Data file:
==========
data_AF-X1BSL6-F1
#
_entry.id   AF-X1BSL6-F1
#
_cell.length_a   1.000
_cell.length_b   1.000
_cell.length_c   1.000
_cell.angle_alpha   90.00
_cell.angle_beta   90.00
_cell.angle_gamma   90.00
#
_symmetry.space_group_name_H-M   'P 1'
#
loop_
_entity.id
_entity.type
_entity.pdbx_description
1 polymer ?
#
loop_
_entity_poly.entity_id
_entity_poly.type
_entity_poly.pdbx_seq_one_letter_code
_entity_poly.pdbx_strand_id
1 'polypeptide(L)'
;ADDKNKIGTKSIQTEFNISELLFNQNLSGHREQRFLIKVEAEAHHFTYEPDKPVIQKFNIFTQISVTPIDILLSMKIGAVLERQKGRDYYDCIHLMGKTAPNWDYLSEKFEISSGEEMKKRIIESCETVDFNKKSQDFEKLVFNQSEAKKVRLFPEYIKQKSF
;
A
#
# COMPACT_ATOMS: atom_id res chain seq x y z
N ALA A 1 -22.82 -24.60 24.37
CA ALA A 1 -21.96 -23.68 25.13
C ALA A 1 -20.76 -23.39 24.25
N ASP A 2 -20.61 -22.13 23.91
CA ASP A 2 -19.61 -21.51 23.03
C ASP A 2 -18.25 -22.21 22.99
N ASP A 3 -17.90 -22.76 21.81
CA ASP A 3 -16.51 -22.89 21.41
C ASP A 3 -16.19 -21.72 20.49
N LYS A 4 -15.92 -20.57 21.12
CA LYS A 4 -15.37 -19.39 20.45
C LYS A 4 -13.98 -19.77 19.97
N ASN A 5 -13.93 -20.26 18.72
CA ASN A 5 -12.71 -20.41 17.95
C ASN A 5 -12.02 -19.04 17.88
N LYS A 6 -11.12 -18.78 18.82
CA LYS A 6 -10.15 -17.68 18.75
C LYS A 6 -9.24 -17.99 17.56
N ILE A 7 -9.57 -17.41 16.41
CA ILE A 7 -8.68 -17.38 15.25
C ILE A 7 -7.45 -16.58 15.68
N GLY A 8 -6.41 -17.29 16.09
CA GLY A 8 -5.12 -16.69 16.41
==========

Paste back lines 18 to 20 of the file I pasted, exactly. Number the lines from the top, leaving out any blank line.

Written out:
1 polymer ?
#
loop_